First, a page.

Women at the Hague: The International Peace Congress of 1915 (Classics in Women's Studies)by Jane Addams
In 1915, shortly after the outbreak of World War I, between twelve hundred and two thousand women representing twelve nations journeyed to The Netherlands to plead for peace at The Hague. At this first International Congress of Women they called for "continuous mediation" until peace was restored, and they met with representatives
Introduction by Mary Jo Deegan
In 1915, shortly after the outbreak of World War I, between twelve hundred and two thousand women representing twelve nations journeyed to The Netherlands to plead for peace at The Hague. At this first International Congress of Women they called for "continuous mediation" until peace was restored, and they met with representatives of the warring governments in an idealistic attempt to halt the military clash. Although they did not stop the war, their proposals are still used as guidelines for most diplomatic negotiations between hostile nations.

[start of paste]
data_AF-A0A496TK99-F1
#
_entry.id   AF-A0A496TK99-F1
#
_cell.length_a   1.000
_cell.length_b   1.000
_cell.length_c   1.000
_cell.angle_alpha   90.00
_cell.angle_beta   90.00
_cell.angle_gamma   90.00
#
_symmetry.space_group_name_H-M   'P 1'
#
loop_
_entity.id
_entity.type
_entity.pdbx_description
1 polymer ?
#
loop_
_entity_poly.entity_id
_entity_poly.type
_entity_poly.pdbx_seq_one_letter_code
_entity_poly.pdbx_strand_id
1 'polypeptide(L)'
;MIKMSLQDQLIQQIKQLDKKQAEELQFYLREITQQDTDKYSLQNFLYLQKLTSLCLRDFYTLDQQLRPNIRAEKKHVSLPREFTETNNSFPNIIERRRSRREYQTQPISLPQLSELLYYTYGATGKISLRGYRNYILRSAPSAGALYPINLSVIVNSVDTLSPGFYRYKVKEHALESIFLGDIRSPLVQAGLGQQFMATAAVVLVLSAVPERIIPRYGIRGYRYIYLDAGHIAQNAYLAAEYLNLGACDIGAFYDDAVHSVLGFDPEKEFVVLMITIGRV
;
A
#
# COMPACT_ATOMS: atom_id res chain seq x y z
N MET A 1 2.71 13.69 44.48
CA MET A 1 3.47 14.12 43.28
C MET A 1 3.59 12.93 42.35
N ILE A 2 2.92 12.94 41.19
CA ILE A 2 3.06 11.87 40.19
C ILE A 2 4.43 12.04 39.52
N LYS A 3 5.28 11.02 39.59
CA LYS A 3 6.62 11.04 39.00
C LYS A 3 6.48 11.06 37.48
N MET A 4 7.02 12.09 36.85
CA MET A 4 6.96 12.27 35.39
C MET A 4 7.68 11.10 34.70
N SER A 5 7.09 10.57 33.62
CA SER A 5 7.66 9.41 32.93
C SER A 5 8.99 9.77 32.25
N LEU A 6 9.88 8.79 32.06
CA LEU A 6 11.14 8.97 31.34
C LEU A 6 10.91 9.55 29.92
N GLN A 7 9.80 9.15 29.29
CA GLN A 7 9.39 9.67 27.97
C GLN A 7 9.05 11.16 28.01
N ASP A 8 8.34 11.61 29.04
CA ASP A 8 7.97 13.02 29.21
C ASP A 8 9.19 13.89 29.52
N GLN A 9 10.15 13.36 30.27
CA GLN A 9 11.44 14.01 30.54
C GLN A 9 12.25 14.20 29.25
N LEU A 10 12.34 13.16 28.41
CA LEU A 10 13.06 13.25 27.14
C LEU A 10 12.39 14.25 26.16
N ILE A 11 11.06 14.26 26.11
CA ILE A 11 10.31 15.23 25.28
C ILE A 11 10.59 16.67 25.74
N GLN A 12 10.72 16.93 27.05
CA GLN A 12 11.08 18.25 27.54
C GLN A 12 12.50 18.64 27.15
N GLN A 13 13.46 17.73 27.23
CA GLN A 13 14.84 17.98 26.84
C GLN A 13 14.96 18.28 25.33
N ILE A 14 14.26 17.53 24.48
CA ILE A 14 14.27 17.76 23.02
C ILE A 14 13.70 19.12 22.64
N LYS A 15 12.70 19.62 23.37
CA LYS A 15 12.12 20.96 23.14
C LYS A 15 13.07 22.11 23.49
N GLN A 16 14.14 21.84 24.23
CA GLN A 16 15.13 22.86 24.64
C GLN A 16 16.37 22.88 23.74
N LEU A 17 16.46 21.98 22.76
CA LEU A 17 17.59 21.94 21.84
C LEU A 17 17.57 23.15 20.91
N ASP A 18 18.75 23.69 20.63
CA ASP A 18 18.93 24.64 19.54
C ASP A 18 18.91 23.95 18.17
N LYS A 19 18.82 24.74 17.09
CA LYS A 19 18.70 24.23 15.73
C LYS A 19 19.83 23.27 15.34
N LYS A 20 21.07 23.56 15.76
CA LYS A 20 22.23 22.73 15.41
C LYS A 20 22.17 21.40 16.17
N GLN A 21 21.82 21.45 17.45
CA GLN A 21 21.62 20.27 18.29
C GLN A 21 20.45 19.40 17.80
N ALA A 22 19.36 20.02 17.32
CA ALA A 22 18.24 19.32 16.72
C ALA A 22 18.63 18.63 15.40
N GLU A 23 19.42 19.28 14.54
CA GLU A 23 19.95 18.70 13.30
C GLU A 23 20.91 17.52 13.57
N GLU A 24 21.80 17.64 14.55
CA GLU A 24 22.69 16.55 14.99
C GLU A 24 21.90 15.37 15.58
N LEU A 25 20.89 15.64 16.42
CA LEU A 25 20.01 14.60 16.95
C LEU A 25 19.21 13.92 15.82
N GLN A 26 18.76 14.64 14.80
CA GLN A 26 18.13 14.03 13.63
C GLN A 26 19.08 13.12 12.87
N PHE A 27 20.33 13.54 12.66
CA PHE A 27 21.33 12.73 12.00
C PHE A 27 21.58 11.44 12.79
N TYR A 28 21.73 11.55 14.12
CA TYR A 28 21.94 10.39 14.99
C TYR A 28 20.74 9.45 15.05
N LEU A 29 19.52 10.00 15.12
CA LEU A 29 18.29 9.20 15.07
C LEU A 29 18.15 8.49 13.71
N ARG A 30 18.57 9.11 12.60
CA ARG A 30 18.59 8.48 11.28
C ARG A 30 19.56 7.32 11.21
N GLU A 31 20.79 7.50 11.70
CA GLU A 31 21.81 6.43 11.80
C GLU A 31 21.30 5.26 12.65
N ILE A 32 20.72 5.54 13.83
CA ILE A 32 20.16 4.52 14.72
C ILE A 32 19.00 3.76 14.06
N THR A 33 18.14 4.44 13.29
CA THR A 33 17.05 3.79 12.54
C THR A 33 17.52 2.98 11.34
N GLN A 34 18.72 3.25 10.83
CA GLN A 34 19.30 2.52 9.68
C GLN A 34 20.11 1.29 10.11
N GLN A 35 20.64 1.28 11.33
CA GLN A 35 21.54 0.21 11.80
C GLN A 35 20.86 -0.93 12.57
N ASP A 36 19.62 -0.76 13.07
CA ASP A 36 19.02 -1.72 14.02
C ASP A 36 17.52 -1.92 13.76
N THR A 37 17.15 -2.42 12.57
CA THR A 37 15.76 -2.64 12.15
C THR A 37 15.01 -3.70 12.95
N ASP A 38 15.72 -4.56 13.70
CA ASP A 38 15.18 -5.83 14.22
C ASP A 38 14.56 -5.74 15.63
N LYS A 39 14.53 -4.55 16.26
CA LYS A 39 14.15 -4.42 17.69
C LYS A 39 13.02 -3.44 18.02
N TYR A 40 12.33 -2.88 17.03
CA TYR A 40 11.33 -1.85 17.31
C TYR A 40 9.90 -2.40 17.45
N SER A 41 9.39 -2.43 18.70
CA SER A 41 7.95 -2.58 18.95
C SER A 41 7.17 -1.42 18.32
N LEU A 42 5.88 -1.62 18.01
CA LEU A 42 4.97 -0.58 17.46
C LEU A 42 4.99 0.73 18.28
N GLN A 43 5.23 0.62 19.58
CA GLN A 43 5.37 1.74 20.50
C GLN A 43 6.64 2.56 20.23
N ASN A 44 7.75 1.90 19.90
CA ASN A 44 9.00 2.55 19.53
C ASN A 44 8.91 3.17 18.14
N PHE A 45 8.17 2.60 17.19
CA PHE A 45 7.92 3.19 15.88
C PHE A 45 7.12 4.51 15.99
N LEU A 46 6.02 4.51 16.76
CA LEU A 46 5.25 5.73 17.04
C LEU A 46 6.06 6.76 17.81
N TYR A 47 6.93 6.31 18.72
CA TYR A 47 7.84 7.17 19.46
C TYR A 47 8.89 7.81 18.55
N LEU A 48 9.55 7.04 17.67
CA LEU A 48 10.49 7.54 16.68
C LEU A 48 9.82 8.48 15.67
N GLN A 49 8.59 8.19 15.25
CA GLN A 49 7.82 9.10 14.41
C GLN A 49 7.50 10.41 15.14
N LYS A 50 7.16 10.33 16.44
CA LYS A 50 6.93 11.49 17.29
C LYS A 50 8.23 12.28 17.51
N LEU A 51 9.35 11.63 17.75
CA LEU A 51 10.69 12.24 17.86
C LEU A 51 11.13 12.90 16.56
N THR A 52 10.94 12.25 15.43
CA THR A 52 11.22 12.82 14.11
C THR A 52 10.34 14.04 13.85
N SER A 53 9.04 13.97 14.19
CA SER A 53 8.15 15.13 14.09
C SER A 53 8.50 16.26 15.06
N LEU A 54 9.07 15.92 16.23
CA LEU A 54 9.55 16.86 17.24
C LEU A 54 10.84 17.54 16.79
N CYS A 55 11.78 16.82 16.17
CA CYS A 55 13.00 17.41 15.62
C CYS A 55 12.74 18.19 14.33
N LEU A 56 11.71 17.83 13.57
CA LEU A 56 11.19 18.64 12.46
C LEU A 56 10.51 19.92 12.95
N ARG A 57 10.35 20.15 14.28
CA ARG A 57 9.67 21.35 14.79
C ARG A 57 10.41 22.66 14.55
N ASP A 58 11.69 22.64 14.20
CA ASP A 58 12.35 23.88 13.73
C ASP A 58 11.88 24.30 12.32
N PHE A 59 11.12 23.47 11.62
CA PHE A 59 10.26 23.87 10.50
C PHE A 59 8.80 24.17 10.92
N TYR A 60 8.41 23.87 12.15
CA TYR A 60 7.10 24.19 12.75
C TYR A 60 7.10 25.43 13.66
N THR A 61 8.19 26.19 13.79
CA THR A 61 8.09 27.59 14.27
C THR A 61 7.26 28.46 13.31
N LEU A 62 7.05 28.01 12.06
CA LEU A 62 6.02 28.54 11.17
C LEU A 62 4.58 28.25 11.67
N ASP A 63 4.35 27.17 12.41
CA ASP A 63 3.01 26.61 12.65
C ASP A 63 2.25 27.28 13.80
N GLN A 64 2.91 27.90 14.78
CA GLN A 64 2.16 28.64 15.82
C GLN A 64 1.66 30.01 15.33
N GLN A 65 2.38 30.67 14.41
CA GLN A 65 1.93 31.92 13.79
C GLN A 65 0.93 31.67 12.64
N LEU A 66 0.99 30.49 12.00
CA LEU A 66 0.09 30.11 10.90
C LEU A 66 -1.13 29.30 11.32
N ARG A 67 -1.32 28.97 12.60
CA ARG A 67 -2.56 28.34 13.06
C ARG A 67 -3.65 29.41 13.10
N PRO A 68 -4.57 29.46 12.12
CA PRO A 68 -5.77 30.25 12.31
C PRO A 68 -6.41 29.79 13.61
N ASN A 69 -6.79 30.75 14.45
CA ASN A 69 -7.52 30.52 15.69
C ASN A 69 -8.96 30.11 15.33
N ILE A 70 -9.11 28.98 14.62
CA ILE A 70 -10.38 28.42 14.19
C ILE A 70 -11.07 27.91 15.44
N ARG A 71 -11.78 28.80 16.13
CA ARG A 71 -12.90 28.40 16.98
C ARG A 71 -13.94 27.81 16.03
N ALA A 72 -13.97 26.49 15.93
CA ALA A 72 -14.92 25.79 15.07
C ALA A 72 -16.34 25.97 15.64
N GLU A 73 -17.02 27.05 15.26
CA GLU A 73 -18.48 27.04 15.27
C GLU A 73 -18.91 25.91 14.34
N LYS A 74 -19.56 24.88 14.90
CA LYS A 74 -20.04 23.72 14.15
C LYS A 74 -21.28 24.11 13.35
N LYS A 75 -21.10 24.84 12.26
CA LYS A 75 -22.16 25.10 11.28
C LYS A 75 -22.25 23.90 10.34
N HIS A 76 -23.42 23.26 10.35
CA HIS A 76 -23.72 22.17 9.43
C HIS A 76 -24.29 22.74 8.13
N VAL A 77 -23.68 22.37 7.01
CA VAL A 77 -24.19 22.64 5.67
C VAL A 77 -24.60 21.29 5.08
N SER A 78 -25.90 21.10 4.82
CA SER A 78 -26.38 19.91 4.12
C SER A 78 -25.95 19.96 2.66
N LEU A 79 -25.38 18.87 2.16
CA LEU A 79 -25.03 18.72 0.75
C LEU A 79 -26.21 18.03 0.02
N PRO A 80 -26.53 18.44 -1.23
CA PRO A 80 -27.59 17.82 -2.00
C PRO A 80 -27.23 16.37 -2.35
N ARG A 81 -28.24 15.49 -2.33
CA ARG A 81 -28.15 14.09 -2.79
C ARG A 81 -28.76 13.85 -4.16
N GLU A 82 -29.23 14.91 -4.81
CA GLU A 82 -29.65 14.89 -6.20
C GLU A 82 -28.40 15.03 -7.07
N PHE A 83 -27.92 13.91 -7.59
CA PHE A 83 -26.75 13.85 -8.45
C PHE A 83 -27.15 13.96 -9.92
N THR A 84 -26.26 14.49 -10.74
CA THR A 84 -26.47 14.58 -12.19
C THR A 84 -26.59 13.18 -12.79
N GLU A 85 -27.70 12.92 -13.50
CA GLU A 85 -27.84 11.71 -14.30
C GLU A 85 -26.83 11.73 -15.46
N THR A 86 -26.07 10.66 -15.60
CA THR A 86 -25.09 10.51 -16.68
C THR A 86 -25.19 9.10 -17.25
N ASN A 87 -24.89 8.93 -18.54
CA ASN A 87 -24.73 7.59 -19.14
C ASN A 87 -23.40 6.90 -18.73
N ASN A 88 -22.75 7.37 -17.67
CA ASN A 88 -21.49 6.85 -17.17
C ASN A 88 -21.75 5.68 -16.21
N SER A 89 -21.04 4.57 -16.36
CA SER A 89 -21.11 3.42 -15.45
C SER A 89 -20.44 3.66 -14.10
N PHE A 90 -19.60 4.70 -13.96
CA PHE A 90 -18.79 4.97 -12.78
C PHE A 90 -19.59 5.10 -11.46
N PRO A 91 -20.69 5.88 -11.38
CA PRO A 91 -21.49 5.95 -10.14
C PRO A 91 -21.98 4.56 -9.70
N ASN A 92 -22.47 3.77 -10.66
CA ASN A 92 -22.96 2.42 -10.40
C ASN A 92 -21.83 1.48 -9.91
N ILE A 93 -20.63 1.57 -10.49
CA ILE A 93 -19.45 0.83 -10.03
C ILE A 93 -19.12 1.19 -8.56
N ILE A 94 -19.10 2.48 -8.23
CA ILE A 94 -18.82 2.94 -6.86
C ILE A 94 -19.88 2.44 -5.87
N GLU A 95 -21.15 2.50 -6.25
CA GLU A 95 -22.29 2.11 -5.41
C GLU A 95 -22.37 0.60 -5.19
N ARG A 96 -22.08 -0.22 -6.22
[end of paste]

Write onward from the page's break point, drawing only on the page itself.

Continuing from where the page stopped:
Three highly talented, progressive women led the American delegation.
Jane Addams was the cofounder of Hull-House in Chicago, a settlement devoted to the social welfare of the poor and disenfranchised. In 1931, she won the Nobel Peace Prize for her career of public service and advocacy for peace.
Emily G. Balch was a distinguished sociologist who taught at Wellesley College and was the longtime International Secretary of the later-founded Women's International League for Peace and Freedom. In 1946, she too was honored with the Nobel Peace Prize for her dedication to peace.
Alice Hamilton, the first industrial physician in the United States, was also the first woman to join the faculty of Harvard University. Besides her teaching duties at Harvard, she worked for many years at Hull House as a medical investigator and social activist.
This book is the first-hand report by these three remarkable women of their mission for peace. Balch and Hamilton devote several chapters to a description of their travels, their visits with various heads of state, and meetings with pacifists in different countries. In a controversial chapter, Addams sharply criticizes the older male patriarchal leadership that manipulates young men to fight needless wars. Addams concludes the volume by advocating women's full participation as voting citizens to promote the cause of peace and the spirit of internationalism.
Complete with an illuminating introduction by University of Nebraska scholar Mary Jo Deegan, this new edition of a valuable historical document will be of interest to students of women's studies, history, and international relations.
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